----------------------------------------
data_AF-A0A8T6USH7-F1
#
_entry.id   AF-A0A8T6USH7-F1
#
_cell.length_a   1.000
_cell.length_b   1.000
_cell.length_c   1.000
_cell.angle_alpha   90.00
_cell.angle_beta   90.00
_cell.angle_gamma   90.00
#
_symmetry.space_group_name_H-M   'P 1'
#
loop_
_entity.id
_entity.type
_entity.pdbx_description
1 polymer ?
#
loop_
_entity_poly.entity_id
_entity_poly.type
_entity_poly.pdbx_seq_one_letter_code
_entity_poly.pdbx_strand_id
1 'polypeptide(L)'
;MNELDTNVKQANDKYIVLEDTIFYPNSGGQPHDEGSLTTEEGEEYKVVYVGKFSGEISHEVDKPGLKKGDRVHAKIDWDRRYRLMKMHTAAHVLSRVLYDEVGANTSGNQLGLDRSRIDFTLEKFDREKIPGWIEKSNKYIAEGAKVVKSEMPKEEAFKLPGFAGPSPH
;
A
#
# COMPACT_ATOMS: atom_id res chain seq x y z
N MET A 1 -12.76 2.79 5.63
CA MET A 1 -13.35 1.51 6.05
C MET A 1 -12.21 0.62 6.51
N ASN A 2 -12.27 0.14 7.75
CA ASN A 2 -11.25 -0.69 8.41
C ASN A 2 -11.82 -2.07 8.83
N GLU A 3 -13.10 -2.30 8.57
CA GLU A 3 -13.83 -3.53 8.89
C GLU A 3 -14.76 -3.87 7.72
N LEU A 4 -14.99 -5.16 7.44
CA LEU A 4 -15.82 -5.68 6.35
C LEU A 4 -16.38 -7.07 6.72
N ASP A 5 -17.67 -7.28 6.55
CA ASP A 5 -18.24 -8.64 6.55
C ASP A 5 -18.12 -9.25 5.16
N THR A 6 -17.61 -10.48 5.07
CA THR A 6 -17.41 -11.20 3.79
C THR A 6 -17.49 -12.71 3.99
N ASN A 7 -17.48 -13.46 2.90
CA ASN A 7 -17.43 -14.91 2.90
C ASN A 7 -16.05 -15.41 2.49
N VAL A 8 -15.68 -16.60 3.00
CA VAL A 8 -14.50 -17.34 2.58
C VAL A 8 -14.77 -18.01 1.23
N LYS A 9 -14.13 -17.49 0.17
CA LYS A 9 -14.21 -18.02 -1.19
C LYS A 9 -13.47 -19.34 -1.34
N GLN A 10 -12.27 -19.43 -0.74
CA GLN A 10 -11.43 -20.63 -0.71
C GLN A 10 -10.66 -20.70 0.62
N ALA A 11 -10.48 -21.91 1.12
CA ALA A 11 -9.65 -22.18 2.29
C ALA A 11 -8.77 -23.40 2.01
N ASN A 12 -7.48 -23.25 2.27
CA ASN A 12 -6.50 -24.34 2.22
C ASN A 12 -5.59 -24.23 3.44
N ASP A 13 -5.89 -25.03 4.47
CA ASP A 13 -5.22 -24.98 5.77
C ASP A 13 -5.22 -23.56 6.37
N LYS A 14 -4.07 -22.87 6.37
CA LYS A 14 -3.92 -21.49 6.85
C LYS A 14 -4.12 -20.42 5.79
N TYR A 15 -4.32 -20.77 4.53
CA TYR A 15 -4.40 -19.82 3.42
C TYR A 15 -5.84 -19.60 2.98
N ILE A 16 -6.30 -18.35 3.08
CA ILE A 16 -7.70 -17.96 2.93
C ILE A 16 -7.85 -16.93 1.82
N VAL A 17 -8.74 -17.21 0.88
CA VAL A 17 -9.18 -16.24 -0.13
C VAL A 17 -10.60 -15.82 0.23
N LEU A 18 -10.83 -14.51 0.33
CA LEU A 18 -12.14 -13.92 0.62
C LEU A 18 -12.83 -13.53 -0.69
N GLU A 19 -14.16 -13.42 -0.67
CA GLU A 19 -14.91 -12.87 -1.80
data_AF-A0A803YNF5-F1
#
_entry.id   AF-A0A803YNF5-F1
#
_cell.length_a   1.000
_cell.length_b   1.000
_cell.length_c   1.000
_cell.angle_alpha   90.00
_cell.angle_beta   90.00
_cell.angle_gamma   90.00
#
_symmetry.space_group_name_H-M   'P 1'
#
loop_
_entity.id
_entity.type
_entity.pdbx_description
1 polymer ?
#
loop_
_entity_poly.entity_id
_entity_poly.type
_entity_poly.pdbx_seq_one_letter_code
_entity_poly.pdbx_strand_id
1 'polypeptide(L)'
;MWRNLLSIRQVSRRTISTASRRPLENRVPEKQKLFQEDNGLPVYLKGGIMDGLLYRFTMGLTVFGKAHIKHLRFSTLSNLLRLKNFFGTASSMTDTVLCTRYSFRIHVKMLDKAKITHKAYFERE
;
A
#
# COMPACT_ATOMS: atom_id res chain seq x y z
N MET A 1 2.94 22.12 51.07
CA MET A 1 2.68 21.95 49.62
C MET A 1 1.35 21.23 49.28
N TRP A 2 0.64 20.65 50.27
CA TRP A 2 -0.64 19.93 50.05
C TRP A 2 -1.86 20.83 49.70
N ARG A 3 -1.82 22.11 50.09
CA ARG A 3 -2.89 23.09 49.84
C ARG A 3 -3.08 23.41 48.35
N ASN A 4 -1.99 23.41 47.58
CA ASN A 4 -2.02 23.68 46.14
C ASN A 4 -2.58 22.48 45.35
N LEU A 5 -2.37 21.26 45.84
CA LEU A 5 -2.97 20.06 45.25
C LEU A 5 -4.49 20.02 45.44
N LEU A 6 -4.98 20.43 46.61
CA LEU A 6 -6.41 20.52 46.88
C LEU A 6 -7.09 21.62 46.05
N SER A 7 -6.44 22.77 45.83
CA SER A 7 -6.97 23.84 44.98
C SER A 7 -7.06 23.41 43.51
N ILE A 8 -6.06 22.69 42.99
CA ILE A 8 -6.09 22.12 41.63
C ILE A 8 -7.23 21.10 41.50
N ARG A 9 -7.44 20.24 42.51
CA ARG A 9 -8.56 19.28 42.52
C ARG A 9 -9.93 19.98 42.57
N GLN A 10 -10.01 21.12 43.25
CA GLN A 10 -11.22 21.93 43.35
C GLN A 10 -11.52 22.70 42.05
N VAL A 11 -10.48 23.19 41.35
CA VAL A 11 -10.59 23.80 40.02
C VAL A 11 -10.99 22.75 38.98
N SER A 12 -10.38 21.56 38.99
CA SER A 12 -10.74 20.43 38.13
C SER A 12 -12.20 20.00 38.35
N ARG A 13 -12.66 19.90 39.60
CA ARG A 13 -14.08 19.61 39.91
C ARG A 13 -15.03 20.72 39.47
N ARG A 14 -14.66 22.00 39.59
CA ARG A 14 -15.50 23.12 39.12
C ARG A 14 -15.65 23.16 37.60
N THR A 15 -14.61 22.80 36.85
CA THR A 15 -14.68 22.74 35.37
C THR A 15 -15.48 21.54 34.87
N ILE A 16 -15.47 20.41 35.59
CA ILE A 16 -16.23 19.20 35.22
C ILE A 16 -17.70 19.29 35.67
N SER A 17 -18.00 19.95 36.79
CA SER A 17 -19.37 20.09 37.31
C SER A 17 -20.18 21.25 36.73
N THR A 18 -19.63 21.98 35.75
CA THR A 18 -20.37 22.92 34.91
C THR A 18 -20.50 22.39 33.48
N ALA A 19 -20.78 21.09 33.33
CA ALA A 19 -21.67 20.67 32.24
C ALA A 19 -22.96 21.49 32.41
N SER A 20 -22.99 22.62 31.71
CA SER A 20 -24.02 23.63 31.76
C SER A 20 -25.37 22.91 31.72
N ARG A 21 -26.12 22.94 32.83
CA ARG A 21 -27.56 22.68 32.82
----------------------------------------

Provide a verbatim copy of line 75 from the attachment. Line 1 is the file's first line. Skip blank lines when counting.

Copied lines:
C TYR A 15 -5.84 -19.60 2.98